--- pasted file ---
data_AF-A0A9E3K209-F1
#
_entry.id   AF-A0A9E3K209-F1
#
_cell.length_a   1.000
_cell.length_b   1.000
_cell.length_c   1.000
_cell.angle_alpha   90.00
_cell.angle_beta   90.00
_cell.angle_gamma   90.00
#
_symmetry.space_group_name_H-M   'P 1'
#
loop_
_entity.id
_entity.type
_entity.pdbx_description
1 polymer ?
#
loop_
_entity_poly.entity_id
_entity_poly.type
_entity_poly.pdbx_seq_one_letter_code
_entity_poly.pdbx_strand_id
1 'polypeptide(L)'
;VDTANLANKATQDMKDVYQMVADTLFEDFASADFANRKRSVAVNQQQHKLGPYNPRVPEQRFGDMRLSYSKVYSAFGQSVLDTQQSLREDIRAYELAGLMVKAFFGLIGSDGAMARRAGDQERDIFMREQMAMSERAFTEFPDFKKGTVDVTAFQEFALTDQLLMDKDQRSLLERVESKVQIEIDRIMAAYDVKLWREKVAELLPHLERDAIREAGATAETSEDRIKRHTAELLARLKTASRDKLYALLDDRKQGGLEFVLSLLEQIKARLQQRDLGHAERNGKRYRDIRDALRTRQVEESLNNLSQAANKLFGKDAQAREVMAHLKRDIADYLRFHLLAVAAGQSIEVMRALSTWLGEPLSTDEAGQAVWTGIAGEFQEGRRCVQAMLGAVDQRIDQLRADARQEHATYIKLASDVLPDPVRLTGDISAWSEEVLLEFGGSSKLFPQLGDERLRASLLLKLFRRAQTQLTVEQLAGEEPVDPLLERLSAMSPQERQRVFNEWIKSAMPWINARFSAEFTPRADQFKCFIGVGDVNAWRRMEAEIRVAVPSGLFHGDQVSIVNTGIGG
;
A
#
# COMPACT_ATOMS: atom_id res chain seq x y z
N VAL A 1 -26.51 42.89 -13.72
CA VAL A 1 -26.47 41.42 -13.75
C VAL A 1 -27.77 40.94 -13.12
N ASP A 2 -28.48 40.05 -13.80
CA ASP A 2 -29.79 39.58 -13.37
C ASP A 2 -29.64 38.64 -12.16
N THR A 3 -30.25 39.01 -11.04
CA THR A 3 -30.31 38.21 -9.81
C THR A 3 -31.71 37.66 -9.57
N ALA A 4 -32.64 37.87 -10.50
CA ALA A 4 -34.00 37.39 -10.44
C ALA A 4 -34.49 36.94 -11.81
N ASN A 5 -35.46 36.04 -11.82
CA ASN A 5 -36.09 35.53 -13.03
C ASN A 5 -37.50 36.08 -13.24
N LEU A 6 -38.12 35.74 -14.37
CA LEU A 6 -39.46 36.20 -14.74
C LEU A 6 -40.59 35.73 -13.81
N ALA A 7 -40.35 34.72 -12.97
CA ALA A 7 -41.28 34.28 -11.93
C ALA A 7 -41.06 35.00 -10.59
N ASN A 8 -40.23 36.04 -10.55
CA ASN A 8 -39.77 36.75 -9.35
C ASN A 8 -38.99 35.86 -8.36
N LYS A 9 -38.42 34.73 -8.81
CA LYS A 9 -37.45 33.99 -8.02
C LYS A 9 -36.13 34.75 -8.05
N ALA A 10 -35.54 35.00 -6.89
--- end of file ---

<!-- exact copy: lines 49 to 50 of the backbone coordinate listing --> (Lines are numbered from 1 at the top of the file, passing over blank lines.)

N ALA A 7 -40.35 34.72 -12.97
CA ALA A 7 -41.28 34.28 -11.93